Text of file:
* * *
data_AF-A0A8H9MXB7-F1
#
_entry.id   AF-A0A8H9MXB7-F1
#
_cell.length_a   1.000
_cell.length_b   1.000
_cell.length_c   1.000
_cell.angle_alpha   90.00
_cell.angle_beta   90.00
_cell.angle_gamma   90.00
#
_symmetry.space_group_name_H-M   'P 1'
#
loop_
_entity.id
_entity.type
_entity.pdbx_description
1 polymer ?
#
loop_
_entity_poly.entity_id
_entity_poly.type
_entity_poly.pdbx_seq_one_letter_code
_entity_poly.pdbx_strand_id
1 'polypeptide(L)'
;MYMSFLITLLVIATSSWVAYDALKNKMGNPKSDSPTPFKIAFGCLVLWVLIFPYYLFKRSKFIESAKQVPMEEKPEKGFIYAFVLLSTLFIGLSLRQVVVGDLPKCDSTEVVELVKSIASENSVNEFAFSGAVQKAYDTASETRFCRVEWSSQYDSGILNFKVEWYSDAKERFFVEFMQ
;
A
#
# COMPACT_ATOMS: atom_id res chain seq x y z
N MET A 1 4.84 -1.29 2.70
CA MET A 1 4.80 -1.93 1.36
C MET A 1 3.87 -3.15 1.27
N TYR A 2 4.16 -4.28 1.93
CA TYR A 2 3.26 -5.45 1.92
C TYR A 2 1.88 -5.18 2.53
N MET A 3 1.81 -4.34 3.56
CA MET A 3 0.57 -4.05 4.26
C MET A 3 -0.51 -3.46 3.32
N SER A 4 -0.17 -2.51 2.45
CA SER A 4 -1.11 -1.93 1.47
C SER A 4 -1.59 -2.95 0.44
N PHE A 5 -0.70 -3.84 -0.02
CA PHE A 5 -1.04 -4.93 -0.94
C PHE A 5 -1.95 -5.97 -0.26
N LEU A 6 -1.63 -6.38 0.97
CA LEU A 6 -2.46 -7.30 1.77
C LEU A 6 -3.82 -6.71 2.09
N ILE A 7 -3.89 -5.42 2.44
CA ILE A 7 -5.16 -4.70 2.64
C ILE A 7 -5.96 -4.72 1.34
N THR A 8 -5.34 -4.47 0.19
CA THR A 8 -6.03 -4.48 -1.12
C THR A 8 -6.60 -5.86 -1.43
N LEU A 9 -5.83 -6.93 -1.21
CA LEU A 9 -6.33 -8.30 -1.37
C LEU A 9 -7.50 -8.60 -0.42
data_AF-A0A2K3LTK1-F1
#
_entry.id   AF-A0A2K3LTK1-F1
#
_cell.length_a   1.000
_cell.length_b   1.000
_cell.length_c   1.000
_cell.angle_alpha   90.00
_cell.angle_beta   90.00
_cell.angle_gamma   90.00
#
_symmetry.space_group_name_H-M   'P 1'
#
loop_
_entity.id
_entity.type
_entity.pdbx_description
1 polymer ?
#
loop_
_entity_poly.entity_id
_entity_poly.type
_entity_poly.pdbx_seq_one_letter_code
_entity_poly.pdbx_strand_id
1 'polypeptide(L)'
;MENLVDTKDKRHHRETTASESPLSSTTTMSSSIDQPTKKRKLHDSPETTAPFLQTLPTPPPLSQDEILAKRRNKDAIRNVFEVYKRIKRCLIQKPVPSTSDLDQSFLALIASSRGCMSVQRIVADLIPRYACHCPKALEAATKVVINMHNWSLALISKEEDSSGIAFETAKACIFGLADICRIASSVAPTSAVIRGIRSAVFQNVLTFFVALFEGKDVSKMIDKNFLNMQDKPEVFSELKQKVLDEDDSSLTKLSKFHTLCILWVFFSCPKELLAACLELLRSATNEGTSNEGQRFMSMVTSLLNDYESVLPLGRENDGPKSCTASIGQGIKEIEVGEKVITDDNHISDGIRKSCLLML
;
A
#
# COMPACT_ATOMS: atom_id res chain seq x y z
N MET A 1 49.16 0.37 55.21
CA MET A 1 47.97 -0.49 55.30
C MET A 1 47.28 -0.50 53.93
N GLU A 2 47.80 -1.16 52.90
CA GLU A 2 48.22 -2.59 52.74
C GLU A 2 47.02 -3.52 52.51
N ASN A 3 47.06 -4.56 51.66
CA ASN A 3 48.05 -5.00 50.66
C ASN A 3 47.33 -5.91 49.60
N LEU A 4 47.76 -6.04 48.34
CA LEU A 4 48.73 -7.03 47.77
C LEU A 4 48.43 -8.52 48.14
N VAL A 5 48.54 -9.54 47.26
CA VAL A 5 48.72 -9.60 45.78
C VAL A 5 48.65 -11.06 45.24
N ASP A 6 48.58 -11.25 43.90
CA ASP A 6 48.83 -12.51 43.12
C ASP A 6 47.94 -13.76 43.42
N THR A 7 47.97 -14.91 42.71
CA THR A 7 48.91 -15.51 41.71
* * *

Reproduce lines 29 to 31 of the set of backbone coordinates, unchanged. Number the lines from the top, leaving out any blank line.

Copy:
#
# COMPACT_ATOMS: atom_id res chain seq x y z
N MET A 1 4.84 -1.29 2.70